James Cooper is a strategist on the Content and Community team at Social Media Group.
As part of Social Media Week Toronto last month, SMG hosted Social Media Group Spark, during which five colleagues and I were each given 5 minutes to inspire our audience on a social media topic of our choice.
I took the opportunity to talk about the emerging trend of “transmedia storytelling”.
What is transmedia storytelling?
Also known as “multiplatform storytelling”, it’s storytelling across multiple platforms and formats using digital technologies. It’s not to be confused with “multimedia”, which is content presented in a combination of different media forms. Transmedia storytelling focuses on the narrative and the experience. Whereas, multimedia, puts emphasis on the technology and the content.
The Matrix franchise is a classic example of transmedia storytelling. It’s fictional storyworld is constructed across films, animation, video games, a massively multi-player online role playing game (MMPORG), a graphic novel and a series of comics. Each platform enriches and adds nuances to the over arching storyline.
So what? Why does transmedia storytelling matter?
It matters because, as humans, we love stories. We love to tell stories. We love to hear stories. We love the experience that is created by a really great story. Marketers have an opportunity to immerse their audience in a brand experience that follows a story and engages the audience across multiple media platforms.
I recently encountered a great example of transmedia stortelling on History Television. Battle Castle, a new show which premieres on March 15, “brings to life mighty medieval fortifications and the sieges they resist: clashes that defy the limits of military technology and turn empires to dust.”
The Battle Castle “action documentary” — which is a collaboration between New York-based Starlight Runner and two Canadian companies, Parallax Film Productions and Agentic Communications — is enriched across web games, virtual castle tours, social media channels, and 3D-ready content both online and for broadcast TV. Each of these platforms creates a unique entry point into the medieval world that is Battle Castle.
Unlike billion-dollar transmedia franchises, such as The Matrix, Harry Potter and Star Wars, which create fictional universes, Battle Castle’s documentary format is largely based on historically accurate information. I think this sets an example for other transmedia storytellers who wish to explore the realm of non-fiction.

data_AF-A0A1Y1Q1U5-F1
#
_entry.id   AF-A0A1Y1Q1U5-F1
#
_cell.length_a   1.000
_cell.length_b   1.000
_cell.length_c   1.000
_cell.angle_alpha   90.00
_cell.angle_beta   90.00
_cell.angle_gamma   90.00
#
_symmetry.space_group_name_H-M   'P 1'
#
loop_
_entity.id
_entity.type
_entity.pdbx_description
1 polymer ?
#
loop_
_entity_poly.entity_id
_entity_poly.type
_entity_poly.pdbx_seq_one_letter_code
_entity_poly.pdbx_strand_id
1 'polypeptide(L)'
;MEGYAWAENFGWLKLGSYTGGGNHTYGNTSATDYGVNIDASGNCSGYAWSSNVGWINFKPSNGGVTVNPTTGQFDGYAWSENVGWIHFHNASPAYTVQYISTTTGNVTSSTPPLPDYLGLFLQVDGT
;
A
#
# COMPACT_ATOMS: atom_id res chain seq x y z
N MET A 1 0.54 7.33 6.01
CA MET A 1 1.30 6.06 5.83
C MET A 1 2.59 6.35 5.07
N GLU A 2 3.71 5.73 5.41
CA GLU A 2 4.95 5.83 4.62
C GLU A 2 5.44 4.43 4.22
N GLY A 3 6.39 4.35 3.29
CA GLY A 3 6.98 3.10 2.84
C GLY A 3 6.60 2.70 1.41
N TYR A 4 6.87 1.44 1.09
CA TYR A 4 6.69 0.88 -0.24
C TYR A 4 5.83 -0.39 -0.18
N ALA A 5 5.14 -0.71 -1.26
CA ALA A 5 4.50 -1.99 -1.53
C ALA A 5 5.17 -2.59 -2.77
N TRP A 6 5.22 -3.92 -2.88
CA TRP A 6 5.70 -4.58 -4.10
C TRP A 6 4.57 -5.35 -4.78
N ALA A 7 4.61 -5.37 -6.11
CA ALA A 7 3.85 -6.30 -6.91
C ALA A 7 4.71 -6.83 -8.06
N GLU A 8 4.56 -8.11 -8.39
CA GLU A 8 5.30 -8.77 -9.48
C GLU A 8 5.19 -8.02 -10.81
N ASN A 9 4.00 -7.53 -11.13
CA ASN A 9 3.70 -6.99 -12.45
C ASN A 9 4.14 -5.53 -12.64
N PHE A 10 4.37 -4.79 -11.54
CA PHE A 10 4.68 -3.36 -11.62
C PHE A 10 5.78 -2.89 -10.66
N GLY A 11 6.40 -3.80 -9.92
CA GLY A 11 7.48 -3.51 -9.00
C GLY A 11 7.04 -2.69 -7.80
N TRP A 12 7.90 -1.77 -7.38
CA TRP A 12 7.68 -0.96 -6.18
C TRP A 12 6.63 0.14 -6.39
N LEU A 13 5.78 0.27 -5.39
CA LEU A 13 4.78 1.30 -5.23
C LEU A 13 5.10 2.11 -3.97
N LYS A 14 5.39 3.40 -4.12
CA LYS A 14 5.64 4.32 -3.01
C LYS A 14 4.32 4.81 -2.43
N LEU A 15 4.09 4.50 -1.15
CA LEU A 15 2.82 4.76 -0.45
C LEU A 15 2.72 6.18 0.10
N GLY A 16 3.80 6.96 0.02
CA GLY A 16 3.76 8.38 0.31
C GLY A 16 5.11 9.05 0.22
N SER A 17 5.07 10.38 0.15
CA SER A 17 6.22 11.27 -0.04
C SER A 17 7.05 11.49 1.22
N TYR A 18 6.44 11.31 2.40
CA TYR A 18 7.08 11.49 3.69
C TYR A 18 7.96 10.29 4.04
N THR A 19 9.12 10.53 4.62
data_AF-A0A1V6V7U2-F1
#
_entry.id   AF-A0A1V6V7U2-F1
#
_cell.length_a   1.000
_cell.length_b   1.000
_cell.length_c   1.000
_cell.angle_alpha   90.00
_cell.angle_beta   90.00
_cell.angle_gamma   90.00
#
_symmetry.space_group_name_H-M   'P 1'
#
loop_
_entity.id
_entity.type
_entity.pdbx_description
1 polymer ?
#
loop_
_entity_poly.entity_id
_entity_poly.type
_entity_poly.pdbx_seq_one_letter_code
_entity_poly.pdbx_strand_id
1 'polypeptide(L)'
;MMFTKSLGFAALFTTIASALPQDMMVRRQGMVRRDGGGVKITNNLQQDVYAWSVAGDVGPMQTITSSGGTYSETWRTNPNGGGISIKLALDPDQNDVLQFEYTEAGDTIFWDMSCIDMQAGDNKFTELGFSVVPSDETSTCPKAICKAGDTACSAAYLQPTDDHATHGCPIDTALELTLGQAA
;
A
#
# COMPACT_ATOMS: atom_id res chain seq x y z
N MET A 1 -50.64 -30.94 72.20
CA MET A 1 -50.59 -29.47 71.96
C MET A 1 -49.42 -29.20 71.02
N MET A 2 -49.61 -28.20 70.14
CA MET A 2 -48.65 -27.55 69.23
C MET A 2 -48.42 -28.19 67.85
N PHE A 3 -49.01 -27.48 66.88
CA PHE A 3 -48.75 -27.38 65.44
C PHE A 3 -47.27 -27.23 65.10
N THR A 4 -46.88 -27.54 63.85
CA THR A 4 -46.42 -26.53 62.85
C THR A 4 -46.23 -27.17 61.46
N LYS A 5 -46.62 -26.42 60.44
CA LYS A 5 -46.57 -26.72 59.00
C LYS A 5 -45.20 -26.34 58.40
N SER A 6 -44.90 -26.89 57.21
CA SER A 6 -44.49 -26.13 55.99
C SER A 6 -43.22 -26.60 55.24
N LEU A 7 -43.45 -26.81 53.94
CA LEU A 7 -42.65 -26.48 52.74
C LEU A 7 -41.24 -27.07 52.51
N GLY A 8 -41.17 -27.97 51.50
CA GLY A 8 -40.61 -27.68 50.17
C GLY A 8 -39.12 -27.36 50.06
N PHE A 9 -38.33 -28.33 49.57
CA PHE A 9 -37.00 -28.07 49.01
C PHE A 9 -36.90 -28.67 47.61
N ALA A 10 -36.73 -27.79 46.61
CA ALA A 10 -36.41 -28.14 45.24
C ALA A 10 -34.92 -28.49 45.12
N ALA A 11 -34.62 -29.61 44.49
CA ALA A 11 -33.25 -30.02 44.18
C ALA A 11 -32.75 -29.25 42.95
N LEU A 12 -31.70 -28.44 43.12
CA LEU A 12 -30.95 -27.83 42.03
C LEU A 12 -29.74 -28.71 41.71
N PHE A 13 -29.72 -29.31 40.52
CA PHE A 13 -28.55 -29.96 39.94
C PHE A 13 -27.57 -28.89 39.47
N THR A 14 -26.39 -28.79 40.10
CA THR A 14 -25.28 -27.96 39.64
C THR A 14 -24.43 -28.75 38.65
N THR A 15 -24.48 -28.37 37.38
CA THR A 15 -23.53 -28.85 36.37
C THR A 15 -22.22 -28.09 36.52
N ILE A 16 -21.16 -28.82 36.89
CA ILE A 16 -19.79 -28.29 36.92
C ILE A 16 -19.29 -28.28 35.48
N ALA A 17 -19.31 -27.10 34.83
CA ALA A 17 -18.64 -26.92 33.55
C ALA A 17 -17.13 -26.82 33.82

Now what? What should marketers do with transmedia storytelling?
We’re living in an age of blurring lines between media. As this happens, it’s becoming less a question of whether or not marketers should consider using transmedia storytelling and more a question of when they should act on it.
As we’ve seen, there are many examples of transmedia’s natural fit in the entertainment industry. There are also many examples of transmedia use in the extended B2C market, such as Coke’s Happiness Factory, Mattel’s “Should Barbie take Ken back?” and Dos Equis’ “Most Interesting Man in the World”. But does transmedia work in B2B?
I think it’s safe to assume that most B2B marketers would consider the thought of creating a fictional storyworld around their brand — full of faeries and other mystical beings — to be brand suicide. But, if there’s a lesson to be learned from Battle Castle, it’s that transmedia is not strictly for fictional storytelling. In some B2B industries, marketers may have an exciting opportunity to approach transmedia storytelling as documentarians.
What do you think? Does transmedia storytelling have the potential to become the status quo? Does it apply to B2B or is it only suitable for B2C marketing?
Watch the full video of my talk:
Regarding your question about B2B transmedia storytelling, I do believe that it’s relevant for B2B marketers as well. Check out my commentary during an interview with the folks at Latitude Research (who have studied this topic) http://bit.ly/pc6hGN
I’m very interested in further exploring the non-fiction storytelling opportunities. Unfortunately, most of the marketers at other companies in my B2B peer group don’t seem that interested. Clearly, we’re still in the early-adopter stage of commercial transmedia market development.
Thanks for your comment. I appreciated reading your interview with Latitude and I’m glad you agree that transmedia storytelling is relevant to B2B marketers.
I think that your point about lack of interest within the B2B sphere is an indication that now is the time for bold and innovative marketers to use transmedia to differentiate themselves and their brands from the mainstream.
Do you know of any good examples of B2B transmedia storytelling?